Intel 13th Gen Raptor Lake-S CPU Family Leaks Including Flagship Core i9-13900K
Some more details came to light about Alder Lake during the Intel Architecture Day 21 event, including a bit of a deeper dive into the hybrid architecture with three high-speed interconnect fabrics to tie together I/O, memory, and compute. What Intel unsurprisingly did not discuss is Alder Lake's successor, Raptor Lake, but a fresh leak offered up some supposed details, including a breakdown of the different CPUs that will be offered.
Logic and past leaks dictate that Raptor Lake will build upon the heterogeneous foundation put in place with Alder Lake, which entails combining high performance (or 'big') processor cores with more power efficient (or 'small') cores in the same package. The basic idea is, there's horsepower on tap when you need it, and power efficiency when added muscle is not required.
From what Intel recently disclosed about Alder Lake, it will be offered with up to 16 total cores (eight big Golden Cove cores and eight small Gracemont cores) and 24 threads (two threads per each big core, and one thread per each small core), and up to 30MB of non-inclusive L3 cache. It will also support both DDR5 and DDR4 memory, as well as the PCI Express Gen 5 specification. Good stuff.
What about Raptor Lake? Notable leaker AdoredTV posted a video highlighting unofficial details about Raptor Lake, saying it was taped-in this past June, meaning the design is close to be finalized, at which point it would be ready for tape-out.
He also said Raptor Lake will continue to leverage Gracemont cores, but that Intel is doubling the number from eight to 16 power efficient cores. As for the burlier Golden Cove cores, he says they are being beefed up with improved power and performance, due to a mix of IPC (instructions per clock) gains, faster clock speeds, and a larger L2 cache allotment.
How much faster is he talking about? Word is, Intel is aiming for a 200MHz bump in the max Turbo frequency, which would bump things up to record 5.5GHz (for stock settings), paving the way for "undisputed single-threaded performance leadership," which are supposedly Intel's own words. However, he also notes that the 5.5GHz figure was quoted from Intel a year ago, so it could very well change.
Some other notable leaked details...
- Supports up to 5.6GHz DDR5 (6.4GHz LPDDR5 on mobile)
- New DLVR power deliver
- Release pegged for end of 2022
- Three configurations
--Big (up to 8 big cores + 16 small cores)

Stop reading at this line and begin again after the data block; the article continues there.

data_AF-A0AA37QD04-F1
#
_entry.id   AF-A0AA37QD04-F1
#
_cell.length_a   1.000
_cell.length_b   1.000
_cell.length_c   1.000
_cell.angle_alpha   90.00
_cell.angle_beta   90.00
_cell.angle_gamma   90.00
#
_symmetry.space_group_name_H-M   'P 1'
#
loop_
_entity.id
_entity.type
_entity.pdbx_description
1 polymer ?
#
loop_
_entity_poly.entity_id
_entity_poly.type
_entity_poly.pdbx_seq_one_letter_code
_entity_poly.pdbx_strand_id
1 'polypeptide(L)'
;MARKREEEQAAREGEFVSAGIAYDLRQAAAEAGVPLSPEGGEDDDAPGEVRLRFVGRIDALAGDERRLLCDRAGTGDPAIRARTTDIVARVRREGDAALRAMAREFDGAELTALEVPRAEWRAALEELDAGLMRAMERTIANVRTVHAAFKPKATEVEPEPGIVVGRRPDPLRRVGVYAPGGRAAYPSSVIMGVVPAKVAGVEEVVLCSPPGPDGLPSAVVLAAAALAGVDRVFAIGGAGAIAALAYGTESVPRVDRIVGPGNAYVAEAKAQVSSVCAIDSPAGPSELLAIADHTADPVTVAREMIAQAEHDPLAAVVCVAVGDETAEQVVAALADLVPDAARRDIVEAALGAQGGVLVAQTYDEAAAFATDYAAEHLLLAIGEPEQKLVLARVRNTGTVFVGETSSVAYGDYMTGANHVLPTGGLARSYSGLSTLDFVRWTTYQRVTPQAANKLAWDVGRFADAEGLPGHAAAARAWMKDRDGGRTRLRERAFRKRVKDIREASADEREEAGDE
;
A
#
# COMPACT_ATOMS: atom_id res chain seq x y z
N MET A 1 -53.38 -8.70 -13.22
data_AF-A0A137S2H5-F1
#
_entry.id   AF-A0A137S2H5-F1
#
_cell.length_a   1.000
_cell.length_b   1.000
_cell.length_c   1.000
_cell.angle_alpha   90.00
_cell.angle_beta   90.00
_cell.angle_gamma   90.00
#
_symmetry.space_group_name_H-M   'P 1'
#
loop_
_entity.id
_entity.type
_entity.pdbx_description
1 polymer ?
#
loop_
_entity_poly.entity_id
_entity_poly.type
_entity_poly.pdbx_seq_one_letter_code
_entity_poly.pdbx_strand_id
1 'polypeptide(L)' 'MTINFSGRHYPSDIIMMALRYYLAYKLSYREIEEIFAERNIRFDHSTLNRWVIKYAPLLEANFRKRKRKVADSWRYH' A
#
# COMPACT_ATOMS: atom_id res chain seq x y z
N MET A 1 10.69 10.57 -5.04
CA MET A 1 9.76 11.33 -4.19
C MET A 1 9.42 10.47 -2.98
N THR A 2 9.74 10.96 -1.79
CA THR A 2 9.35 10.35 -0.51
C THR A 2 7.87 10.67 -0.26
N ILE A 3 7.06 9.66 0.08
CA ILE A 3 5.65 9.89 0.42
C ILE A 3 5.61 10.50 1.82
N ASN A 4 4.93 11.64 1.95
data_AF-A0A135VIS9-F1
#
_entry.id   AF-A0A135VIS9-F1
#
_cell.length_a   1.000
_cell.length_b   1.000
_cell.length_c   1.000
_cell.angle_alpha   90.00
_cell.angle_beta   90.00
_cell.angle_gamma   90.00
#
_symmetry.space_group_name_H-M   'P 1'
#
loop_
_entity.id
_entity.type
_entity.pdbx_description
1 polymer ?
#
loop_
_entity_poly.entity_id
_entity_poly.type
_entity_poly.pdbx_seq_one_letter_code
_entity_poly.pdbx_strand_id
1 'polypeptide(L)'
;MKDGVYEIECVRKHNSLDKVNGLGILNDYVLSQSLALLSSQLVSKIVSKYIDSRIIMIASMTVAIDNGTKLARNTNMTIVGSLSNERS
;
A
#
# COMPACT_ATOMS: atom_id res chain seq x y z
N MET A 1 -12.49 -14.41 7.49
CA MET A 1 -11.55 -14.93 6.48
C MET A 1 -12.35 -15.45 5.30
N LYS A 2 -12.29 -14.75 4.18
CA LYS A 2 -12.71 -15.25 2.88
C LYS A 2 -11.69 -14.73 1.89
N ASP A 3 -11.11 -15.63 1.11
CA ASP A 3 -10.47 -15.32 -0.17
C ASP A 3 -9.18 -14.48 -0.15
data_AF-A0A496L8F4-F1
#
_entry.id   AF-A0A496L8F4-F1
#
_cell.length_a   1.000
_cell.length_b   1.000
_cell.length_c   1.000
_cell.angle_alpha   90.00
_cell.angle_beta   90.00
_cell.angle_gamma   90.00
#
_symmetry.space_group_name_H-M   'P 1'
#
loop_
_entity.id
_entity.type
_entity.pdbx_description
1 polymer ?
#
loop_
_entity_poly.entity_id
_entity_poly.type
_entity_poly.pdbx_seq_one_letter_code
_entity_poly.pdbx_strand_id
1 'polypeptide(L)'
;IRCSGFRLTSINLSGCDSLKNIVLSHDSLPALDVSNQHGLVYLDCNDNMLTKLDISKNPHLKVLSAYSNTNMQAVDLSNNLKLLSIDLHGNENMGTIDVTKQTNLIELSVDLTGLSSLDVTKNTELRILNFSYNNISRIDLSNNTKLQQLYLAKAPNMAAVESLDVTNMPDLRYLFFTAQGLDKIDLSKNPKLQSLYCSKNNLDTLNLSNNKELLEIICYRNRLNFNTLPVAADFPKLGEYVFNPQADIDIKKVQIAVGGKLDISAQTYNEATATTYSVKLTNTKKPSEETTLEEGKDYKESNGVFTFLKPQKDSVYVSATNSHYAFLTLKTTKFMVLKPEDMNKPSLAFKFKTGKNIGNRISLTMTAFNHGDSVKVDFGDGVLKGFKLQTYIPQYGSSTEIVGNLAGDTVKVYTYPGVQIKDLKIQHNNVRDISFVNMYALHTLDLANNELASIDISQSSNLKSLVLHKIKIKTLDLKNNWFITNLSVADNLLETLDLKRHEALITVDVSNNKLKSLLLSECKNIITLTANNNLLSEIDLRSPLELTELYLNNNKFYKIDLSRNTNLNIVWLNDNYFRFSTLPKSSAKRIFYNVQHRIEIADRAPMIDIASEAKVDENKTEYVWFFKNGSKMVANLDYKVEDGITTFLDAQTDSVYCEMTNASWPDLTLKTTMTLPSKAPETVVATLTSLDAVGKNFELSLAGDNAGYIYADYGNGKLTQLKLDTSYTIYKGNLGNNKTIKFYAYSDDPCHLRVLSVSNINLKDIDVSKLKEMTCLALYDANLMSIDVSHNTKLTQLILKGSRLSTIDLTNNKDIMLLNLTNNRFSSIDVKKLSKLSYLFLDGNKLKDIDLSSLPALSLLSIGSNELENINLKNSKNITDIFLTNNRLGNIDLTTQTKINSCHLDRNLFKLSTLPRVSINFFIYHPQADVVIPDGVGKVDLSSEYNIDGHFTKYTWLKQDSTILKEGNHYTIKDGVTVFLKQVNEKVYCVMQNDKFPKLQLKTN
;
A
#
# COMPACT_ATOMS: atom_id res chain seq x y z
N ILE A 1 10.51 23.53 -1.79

--Mid (up to 8 big cores + 8 small cores)
--Small (up to 6 big cores + 0 small cores)
Enthusiast SKUs will have a 125W TDP, mainstream SKUs will check in a 65W, and low power variants will have a 35W TDP, according to the leak. And of course Intel will offer Core i9, Core i7, Core i5, and Core i3 models, as well Pentium chips.
Here's how it breaks down...
There's no actual mention of the SKUs that would be associated with all these configurations, but based on Intel's naming history and past leaks on the matter, we're looking at a Core i9-13900K at the top, with eight Golden Cove cores, 16 Gracemont Cores, and 24 threads, along with 36MB of L3 cache and a 125W TDP. It will also feature onboard Xe graphics with 32 execution units, if the leak is accurate.
Here's a general breakdown...
- Core i9 K-Series: 8 big + 16 small = 24 cores, 32 threads, 36MB cache
- Core i7 K-Series: 8 big + 8 small = 16 cores, 24 threads, 30MB cache
- Core i5 K-Series: 6 big + 8 small = 14 cores, 20 threads, 24MB cache
- Core i5 S-Series: 6 big + 4 small = 14 cores, 16 threads, 21MB cache
- Core i3 S-Series: 4 big + 0 small = 4 cores, 8 threads, 12MB cache
- Pentium S-Series: 2 big + 0 small = 4 cores, 4 threads, 6MB cache
It's a varied mix, just as we would expect. Whether Intel can hit on its performance targets and other goals remains to be seen, and could depend in part on things turn out with Alder Lake. Fortunately we will begin to see how the heterogeneous approach in the x86 desktop space works out very soon, with Alder Lake's launch being right around the corner. Then the wait is on for Raptor Lake, and after that, Meteor Lake.
Meanwhile, AMD is not standing pat, of course. It has Zen 4 in the wings, which will debut sometime next year. Zen 4 will also feature a new socket and support for DDR5 memory, though rumor has it only the data center products (EPYC) will support PCIe 5.0, at least until Zen 5 arrives. In any event, 2022 is shaping up to an be interesting year.